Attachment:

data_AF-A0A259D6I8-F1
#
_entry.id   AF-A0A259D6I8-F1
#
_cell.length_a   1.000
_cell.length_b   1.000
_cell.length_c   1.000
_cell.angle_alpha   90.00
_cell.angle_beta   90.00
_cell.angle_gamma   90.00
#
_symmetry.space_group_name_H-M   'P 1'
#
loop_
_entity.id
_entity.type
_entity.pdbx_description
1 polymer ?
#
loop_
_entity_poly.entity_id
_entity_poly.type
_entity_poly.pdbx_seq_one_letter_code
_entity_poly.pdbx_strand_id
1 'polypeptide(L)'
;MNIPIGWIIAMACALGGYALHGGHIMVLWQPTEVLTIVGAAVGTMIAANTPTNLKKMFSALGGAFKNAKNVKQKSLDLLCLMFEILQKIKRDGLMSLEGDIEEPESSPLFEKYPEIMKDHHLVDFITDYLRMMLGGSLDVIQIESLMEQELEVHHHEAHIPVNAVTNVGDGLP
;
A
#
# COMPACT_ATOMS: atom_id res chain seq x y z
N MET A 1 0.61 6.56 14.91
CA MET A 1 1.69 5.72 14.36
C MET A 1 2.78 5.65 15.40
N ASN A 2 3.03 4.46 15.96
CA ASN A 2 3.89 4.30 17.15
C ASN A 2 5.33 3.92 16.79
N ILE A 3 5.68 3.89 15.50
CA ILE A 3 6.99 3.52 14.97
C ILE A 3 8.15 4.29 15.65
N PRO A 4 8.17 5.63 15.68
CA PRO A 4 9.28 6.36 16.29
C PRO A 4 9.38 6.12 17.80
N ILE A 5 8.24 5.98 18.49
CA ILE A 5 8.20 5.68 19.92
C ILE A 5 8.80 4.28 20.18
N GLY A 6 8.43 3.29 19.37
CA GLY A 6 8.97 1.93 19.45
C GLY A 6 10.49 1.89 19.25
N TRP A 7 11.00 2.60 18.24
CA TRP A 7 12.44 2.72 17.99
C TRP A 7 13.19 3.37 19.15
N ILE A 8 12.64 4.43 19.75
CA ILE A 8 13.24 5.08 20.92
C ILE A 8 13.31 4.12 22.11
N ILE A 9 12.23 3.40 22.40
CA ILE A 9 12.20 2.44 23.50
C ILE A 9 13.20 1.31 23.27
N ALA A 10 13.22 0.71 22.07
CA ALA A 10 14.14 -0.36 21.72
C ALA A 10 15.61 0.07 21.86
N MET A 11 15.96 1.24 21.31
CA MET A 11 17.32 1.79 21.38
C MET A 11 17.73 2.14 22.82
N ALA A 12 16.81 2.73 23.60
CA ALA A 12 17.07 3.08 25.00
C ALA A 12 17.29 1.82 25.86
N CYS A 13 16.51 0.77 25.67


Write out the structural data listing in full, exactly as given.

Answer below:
data_AF-A0A259D6I8-F1
#
_entry.id   AF-A0A259D6I8-F1
#
_cell.length_a   1.000
_cell.length_b   1.000
_cell.length_c   1.000
_cell.angle_alpha   90.00
_cell.angle_beta   90.00
_cell.angle_gamma   90.00
#
_symmetry.space_group_name_H-M   'P 1'
#
loop_
_entity.id
_entity.type
_entity.pdbx_description
1 polymer ?
#
loop_
_entity_poly.entity_id
_entity_poly.type
_entity_poly.pdbx_seq_one_letter_code
_entity_poly.pdbx_strand_id
1 'polypeptide(L)'
;MNIPIGWIIAMACALGGYALHGGHIMVLWQPTEVLTIVGAAVGTMIAANTPTNLKKMFSALGGAFKNAKNVKQKSLDLLCLMFEILQKIKRDGLMSLEGDIEEPESSPLFEKYPEIMKDHHLVDFITDYLRMMLGGSLDVIQIESLMEQELEVHHHEAHIPVNAVTNVGDGLP
;
A
#
# COMPACT_ATOMS: atom_id res chain seq x y z
N MET A 1 0.61 6.56 14.91
CA MET A 1 1.69 5.72 14.36
C MET A 1 2.78 5.65 15.40
N ASN A 2 3.03 4.46 15.96
CA ASN A 2 3.89 4.30 17.15
C ASN A 2 5.33 3.92 16.79
N ILE A 3 5.68 3.89 15.50
CA ILE A 3 6.99 3.52 14.97
C ILE A 3 8.15 4.29 15.65
N PRO A 4 8.17 5.63 15.68
CA PRO A 4 9.28 6.36 16.29
C PRO A 4 9.38 6.12 17.80
N ILE A 5 8.24 5.98 18.49
CA ILE A 5 8.20 5.68 19.92
C ILE A 5 8.80 4.28 20.18
N GLY A 6 8.43 3.29 19.37
CA GLY A 6 8.97 1.93 19.45
C GLY A 6 10.49 1.89 19.25
N TRP A 7 11.00 2.60 18.24
CA TRP A 7 12.44 2.72 17.99
C TRP A 7 13.19 3.37 19.15
N ILE A 8 12.64 4.43 19.75
CA ILE A 8 13.24 5.08 20.92
C ILE A 8 13.31 4.12 22.11
N ILE A 9 12.23 3.40 22.40
CA ILE A 9 12.20 2.44 23.50
C ILE A 9 13.20 1.31 23.27
N ALA A 10 13.22 0.71 22.07
CA ALA A 10 14.14 -0.36 21.72
C ALA A 10 15.61 0.07 21.86
N MET A 11 15.96 1.24 21.31
CA MET A 11 17.32 1.79 21.38
C MET A 11 17.73 2.14 22.82
N ALA A 12 16.81 2.73 23.60
CA ALA A 12 17.07 3.08 25.00
C ALA A 12 17.29 1.82 25.86
N CYS A 13 16.51 0.77 25.67